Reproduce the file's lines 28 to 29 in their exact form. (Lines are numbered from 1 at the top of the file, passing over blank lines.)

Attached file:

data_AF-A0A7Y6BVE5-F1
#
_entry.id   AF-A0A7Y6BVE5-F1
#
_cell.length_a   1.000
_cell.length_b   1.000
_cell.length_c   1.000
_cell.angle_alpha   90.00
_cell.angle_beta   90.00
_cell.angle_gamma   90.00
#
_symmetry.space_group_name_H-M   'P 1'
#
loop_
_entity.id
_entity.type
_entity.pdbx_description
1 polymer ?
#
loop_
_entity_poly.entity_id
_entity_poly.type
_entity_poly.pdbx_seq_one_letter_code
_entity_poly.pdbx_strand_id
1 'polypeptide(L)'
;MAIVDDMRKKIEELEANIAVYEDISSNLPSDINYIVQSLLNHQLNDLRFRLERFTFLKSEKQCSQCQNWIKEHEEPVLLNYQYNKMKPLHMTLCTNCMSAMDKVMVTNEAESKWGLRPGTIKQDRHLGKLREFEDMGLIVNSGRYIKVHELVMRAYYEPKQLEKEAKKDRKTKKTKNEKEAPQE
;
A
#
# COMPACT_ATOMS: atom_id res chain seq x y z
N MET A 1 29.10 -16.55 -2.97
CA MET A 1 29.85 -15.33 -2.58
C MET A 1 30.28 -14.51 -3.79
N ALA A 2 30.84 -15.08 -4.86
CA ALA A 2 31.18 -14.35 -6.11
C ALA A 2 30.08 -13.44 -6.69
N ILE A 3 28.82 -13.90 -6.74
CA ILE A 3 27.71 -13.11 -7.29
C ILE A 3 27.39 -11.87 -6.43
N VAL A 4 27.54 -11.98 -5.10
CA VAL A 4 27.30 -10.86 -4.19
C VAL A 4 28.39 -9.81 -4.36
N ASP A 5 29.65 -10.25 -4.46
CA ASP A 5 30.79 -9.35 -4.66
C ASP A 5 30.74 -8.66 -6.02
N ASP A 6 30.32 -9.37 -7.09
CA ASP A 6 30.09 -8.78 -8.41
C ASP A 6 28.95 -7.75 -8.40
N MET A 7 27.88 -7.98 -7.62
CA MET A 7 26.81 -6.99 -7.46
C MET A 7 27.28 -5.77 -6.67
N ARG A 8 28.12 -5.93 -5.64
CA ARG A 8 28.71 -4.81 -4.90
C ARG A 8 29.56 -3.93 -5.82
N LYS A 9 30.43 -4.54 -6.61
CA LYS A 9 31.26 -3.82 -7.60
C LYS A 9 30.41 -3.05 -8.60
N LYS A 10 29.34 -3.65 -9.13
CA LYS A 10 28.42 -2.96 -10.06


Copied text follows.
A
#